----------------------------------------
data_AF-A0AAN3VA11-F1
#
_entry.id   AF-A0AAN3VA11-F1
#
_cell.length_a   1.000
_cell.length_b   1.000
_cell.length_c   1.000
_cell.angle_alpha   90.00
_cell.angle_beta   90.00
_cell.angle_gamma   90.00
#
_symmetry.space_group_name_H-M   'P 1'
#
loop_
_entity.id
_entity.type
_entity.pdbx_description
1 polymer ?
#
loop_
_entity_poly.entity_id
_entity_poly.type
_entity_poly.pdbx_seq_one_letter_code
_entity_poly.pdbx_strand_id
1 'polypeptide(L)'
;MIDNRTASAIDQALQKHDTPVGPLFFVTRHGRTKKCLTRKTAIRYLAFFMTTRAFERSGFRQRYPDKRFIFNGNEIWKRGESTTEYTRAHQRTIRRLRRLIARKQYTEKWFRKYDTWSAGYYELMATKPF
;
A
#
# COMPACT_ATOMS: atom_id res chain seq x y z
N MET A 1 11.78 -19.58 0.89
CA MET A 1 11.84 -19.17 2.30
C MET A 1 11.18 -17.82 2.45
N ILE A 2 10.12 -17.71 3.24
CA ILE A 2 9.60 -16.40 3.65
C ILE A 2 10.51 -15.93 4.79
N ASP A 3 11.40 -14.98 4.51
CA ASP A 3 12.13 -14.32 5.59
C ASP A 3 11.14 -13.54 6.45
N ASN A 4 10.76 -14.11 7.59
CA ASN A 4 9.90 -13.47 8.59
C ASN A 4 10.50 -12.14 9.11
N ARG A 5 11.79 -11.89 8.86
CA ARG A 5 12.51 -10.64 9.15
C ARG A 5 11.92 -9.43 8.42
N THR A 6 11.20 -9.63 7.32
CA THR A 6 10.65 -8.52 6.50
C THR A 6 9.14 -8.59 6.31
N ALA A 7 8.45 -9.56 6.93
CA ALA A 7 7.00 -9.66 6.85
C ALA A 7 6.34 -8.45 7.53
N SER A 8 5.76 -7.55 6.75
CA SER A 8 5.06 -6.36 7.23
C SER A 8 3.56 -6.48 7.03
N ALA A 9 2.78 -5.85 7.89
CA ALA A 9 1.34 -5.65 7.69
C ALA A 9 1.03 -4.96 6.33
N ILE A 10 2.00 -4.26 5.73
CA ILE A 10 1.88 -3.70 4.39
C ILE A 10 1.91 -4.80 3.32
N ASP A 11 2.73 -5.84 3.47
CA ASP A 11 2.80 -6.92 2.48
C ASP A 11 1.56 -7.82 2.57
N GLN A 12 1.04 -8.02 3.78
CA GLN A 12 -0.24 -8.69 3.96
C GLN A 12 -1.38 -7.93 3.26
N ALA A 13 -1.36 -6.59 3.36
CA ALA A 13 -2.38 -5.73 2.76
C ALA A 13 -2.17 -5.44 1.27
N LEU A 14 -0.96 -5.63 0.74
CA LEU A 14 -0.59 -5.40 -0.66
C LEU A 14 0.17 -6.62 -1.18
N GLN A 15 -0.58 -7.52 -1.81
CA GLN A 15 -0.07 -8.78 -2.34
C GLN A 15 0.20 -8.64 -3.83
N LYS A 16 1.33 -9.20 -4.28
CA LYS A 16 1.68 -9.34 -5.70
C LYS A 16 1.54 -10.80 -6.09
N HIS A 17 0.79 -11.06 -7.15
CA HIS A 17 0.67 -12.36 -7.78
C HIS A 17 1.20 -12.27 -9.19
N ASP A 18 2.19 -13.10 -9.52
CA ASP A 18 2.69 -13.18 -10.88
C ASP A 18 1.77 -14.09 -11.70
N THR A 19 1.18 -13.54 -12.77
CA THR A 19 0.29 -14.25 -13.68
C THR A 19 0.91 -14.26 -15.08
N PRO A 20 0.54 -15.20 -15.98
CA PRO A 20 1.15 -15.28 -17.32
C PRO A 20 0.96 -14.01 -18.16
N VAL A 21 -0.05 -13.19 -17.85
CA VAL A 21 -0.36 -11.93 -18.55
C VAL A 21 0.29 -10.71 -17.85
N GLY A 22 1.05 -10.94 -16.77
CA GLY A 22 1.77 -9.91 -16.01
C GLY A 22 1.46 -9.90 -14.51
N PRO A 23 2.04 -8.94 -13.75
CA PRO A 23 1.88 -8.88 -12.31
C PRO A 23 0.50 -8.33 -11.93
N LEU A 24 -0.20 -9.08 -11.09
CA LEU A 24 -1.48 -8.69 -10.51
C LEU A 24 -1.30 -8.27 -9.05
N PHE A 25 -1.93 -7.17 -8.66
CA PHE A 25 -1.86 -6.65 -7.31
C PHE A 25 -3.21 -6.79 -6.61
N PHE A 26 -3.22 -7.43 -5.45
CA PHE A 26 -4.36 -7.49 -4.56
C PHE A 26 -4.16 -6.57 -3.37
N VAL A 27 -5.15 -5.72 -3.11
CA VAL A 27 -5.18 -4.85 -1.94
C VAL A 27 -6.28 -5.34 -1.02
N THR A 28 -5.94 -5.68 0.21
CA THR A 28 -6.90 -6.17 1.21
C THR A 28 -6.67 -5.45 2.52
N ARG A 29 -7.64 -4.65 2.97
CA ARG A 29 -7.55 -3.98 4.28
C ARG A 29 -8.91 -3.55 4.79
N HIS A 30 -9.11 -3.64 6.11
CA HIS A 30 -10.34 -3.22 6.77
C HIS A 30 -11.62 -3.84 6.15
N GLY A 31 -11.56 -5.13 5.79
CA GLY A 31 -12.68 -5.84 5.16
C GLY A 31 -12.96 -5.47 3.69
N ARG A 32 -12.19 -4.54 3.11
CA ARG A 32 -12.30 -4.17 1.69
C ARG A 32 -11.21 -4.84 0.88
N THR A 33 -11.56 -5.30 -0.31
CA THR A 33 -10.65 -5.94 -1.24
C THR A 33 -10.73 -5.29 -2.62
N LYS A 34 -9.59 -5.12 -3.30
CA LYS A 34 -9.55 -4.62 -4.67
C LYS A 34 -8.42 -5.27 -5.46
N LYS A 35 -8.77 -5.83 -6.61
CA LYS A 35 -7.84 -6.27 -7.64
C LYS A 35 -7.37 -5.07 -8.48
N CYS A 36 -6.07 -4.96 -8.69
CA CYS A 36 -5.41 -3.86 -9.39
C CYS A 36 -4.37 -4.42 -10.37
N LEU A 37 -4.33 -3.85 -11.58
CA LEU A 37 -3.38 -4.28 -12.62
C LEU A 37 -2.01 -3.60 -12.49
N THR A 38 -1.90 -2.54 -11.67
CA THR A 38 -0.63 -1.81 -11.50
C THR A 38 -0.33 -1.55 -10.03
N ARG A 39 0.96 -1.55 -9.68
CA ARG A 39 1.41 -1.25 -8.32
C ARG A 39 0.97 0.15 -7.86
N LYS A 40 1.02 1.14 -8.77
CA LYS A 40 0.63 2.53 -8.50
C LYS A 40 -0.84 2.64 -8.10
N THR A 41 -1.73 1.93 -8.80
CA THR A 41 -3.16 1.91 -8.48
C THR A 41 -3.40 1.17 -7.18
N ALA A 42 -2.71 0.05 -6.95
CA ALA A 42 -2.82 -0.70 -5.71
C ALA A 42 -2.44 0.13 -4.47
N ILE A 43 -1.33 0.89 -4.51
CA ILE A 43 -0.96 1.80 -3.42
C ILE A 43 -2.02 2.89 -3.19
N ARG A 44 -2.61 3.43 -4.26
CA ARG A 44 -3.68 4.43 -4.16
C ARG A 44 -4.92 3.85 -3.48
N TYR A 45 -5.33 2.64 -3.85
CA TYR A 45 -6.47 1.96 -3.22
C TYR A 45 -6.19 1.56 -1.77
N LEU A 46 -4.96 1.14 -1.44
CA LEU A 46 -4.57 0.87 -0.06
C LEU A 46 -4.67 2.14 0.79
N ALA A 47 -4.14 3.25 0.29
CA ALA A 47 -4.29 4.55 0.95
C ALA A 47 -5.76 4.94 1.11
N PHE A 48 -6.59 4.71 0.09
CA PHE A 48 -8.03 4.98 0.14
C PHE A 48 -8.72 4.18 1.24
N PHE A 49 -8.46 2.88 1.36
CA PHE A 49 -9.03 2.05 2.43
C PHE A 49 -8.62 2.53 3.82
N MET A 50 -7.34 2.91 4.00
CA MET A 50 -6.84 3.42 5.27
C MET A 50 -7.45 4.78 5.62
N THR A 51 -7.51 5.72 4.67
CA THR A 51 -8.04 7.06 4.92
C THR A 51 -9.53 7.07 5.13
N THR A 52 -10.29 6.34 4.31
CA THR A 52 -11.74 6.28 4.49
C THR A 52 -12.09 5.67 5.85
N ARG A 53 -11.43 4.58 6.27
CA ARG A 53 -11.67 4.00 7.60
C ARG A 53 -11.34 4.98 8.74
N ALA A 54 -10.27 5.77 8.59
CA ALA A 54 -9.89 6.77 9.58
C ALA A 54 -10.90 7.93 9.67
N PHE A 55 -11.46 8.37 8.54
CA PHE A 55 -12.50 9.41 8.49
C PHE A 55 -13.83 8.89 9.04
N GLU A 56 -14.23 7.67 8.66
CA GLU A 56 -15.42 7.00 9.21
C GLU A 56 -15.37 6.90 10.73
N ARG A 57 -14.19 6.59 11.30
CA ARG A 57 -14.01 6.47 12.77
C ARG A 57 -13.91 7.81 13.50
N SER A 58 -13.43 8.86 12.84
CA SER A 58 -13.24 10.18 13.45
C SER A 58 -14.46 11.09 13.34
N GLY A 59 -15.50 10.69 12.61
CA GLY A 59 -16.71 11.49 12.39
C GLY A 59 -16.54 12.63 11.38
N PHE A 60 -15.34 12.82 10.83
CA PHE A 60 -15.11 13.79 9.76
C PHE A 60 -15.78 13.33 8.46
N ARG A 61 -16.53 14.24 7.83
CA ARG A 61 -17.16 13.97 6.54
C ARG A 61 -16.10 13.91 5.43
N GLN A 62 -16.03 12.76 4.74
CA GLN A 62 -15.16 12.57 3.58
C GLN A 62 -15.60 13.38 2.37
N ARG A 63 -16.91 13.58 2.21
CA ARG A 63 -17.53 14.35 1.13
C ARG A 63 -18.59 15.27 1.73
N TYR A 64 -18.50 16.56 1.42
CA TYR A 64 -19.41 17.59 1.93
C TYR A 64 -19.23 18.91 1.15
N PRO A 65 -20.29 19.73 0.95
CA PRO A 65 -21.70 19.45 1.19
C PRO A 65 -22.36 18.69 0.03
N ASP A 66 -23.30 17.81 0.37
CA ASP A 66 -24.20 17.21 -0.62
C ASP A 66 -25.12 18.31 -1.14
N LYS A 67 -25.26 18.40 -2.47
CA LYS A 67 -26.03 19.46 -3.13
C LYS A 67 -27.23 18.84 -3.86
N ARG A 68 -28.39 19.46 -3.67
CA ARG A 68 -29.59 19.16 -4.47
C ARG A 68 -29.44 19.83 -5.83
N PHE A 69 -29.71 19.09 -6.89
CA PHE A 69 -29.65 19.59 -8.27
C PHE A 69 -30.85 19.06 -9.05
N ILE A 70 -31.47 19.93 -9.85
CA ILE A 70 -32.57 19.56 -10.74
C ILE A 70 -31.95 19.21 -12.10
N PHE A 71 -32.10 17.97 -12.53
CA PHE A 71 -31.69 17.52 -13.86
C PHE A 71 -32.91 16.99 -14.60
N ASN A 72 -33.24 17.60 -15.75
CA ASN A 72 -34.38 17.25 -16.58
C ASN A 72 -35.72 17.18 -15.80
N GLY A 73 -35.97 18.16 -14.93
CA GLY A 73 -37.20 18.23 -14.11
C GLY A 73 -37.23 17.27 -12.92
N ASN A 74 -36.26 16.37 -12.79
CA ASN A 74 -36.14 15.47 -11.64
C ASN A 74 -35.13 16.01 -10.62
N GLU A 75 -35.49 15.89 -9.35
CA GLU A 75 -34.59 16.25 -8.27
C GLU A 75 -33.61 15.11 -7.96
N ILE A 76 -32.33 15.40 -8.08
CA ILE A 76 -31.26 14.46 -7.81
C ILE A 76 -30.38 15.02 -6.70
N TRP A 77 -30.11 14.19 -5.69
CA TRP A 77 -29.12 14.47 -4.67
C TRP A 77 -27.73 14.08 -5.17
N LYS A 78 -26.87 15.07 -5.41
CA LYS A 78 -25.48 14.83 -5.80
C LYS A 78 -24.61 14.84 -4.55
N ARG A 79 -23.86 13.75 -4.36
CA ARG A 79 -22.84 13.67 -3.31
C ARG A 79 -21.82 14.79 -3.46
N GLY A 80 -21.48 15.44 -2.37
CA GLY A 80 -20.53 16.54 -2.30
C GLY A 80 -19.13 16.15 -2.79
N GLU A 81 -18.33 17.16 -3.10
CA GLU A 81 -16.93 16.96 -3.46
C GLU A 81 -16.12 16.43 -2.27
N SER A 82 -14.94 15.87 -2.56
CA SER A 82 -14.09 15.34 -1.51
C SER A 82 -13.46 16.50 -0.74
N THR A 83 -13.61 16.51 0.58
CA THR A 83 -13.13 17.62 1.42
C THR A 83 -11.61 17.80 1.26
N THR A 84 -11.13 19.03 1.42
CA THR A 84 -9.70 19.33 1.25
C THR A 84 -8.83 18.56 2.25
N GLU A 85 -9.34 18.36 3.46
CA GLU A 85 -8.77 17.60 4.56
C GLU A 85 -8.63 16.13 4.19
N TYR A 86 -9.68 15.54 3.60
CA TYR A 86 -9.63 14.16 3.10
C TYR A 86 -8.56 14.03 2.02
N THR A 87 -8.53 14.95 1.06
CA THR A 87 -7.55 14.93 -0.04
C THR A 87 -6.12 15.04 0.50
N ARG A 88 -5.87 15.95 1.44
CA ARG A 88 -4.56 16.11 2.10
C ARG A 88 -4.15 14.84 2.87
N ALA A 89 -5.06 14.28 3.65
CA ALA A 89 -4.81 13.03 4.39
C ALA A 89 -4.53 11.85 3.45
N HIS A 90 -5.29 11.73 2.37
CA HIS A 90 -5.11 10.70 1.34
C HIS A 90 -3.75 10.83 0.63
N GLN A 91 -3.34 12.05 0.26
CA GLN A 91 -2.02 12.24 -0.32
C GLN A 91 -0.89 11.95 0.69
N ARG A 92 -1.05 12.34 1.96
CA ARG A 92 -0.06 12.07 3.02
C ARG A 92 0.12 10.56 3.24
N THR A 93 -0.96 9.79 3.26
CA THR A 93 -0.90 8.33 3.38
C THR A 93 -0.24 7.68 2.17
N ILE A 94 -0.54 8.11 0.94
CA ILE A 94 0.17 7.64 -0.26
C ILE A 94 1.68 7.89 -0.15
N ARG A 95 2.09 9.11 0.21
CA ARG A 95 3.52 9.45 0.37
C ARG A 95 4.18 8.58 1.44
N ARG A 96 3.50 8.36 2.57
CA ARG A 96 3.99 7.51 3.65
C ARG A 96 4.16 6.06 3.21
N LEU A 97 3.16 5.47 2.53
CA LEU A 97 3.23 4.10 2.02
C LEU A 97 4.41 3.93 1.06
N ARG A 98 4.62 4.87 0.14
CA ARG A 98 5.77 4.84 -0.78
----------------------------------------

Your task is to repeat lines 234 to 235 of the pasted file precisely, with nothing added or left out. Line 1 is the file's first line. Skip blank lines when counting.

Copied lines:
C ARG A 68 -29.44 19.83 -5.83
N PHE A 69 -29.71 19.09 -6.89